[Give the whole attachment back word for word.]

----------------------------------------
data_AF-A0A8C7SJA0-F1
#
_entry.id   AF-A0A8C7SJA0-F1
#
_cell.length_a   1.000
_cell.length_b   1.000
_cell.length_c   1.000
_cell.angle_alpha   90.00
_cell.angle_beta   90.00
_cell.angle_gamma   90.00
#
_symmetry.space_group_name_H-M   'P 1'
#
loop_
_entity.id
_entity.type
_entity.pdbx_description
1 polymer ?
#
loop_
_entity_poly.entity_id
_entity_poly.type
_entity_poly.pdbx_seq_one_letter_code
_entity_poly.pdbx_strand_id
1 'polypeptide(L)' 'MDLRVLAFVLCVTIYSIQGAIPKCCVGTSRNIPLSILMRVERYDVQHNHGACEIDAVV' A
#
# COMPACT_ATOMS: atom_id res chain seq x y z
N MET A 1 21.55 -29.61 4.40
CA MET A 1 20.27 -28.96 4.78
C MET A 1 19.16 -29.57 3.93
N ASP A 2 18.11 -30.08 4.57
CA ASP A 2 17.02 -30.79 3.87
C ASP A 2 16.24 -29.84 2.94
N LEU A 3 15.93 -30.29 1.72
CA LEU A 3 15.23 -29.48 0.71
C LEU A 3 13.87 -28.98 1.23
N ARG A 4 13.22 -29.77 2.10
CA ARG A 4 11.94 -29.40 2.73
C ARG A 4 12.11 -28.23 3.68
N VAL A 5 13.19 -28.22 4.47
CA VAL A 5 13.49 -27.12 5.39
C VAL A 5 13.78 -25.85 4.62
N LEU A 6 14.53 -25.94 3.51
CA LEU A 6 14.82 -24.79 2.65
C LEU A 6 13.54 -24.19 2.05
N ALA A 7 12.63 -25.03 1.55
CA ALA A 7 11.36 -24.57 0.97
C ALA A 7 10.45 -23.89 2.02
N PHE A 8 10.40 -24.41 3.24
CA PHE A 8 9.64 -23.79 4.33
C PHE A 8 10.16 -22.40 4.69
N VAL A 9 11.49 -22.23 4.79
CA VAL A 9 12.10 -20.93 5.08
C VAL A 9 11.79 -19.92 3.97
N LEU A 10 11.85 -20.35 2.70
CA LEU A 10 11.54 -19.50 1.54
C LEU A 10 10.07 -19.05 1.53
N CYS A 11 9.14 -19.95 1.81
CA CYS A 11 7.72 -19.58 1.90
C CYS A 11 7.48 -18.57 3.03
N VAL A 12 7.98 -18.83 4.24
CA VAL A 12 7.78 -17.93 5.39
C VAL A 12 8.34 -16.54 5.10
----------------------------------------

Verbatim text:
data_AF-A0A8C7SJA0-F1
#
_entry.id   AF-A0A8C7SJA0-F1
#
_cell.length_a   1.000
_cell.length_b   1.000
_cell.length_c   1.000
_cell.angle_alpha   90.00
_cell.angle_beta   90.00
_cell.angle_gamma   90.00
#
_symmetry.space_group_name_H-M   'P 1'
#
loop_
_entity.id
_entity.type
_entity.pdbx_description
1 polymer ?
#
loop_
_entity_poly.entity_id
_entity_poly.type
_entity_poly.pdbx_seq_one_letter_code
_entity_poly.pdbx_strand_id
1 'polypeptide(L)' 'MDLRVLAFVLCVTIYSIQGAIPKCCVGTSRNIPLSILMRVERYDVQHNHGACEIDAVV' A
#
# COMPACT_ATOMS: atom_id res chain seq x y z
N MET A 1 21.55 -29.61 4.40
CA MET A 1 20.27 -28.96 4.78
C MET A 1 19.16 -29.57 3.93
N ASP A 2 18.11 -30.08 4.57
CA ASP A 2 17.02 -30.79 3.87
C ASP A 2 16.24 -29.84 2.94
N LEU A 3 15.93 -30.29 1.72
CA LEU A 3 15.23 -29.48 0.71
C LEU A 3 13.87 -28.98 1.23
N ARG A 4 13.22 -29.77 2.10
CA ARG A 4 11.94 -29.40 2.73
C ARG A 4 12.11 -28.23 3.68
N VAL A 5 13.19 -28.22 4.47
CA VAL A 5 13.49 -27.12 5.39
C VAL A 5 13.78 -25.85 4.62
N LEU A 6 14.53 -25.94 3.51
CA LEU A 6 14.82 -24.79 2.65
C LEU A 6 13.54 -24.19 2.05
N ALA A 7 12.63 -25.03 1.55
CA ALA A 7 11.36 -24.57 0.97
C ALA A 7 10.45 -23.89 2.02
N PHE A 8 10.40 -24.41 3.24
CA PHE A 8 9.64 -23.79 4.33
C PHE A 8 10.16 -22.40 4.69
N VAL A 9 11.49 -22.23 4.79
CA VAL A 9 12.10 -20.93 5.08
C VAL A 9 11.79 -19.92 3.97
N LEU A 10 11.85 -20.35 2.70
CA LEU A 10 11.54 -19.50 1.54
C LEU A 10 10.07 -19.05 1.53
N CYS A 11 9.14 -19.95 1.81
CA CYS A 11 7.72 -19.58 1.90
C CYS A 11 7.48 -18.57 3.03
N VAL A 12 7.98 -18.83 4.24
CA VAL A 12 7.78 -17.93 5.39
C VAL A 12 8.34 -16.54 5.10